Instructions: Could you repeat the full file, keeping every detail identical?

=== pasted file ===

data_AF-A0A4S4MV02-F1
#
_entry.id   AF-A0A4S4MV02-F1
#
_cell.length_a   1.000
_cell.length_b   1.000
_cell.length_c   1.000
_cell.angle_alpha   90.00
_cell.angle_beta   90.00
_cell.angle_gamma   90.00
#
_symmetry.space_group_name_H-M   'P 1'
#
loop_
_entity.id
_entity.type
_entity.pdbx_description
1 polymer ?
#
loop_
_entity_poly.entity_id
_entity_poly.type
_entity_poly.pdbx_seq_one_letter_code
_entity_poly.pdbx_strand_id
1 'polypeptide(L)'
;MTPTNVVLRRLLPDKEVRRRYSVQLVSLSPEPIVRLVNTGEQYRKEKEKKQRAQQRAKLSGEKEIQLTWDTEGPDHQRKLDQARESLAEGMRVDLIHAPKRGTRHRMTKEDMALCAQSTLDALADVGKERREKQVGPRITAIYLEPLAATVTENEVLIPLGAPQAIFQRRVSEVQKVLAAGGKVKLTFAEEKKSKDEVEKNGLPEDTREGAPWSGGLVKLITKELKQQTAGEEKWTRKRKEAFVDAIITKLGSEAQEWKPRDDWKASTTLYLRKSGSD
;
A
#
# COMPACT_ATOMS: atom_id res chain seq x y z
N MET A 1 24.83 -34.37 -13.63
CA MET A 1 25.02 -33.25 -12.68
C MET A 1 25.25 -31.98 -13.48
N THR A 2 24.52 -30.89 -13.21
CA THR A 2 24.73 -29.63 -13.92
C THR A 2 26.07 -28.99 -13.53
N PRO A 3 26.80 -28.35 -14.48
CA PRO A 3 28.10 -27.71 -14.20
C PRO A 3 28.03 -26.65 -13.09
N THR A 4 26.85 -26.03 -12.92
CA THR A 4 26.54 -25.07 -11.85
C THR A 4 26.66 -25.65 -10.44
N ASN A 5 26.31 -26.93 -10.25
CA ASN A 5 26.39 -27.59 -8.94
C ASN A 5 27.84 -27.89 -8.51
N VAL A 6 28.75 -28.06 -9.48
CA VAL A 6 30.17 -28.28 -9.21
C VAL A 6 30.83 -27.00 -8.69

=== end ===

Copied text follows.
data_AF-A0A4S4MV02-F1
#
_entry.id   AF-A0A4S4MV02-F1
#
_cell.length_a   1.000
_cell.length_b   1.000
_cell.length_c   1.000
_cell.angle_alpha   90.00
_cell.angle_beta   90.00
_cell.angle_gamma   90.00
#
_symmetry.space_group_name_H-M   'P 1'
#
loop_
_entity.id
_entity.type
_entity.pdbx_description
1 polymer ?
#
loop_
_entity_poly.entity_id
_entity_poly.type
_entity_poly.pdbx_seq_one_letter_code
_entity_poly.pdbx_strand_id
1 'polypeptide(L)'
;MTPTNVVLRRLLPDKEVRRRYSVQLVSLSPEPIVRLVNTGEQYRKEKEKKQRAQQRAKLSGEKEIQLTWDTEGPDHQRKLDQARESLAEGMRVDLIHAPKRGTRHRMTKEDMALCAQSTLDALADVGKERREKQVGPRITAIYLEPLAATVTENEVLIPLGAPQAIFQRRVSEVQKVLAAGGKVKLTFAEEKKSKDEVEKNGLPEDTREGAPWSGGLVKLITKELKQQTAGEEKWTRKRKEAFVDAIITKLGSEAQEWKPRDDWKASTTLYLRKSGSD
;
A
#
# COMPACT_ATOMS: atom_id res chain seq x y z
N MET A 1 24.83 -34.37 -13.63
CA MET A 1 25.02 -33.25 -12.68
C MET A 1 25.25 -31.98 -13.48
N THR A 2 24.52 -30.89 -13.21
CA THR A 2 24.73 -29.63 -13.92
C THR A 2 26.07 -28.99 -13.53
N PRO A 3 26.80 -28.35 -14.48
CA PRO A 3 28.10 -27.71 -14.20
C PRO A 3 28.03 -26.65 -13.09
N THR A 4 26.85 -26.03 -12.92
CA THR A 4 26.54 -25.07 -11.85
C THR A 4 26.66 -25.65 -10.44
N ASN A 5 26.31 -26.93 -10.25
CA ASN A 5 26.39 -27.59 -8.94
C ASN A 5 27.84 -27.89 -8.51
N VAL A 6 28.75 -28.06 -9.48
CA VAL A 6 30.17 -28.28 -9.21
C VAL A 6 30.83 -27.00 -8.69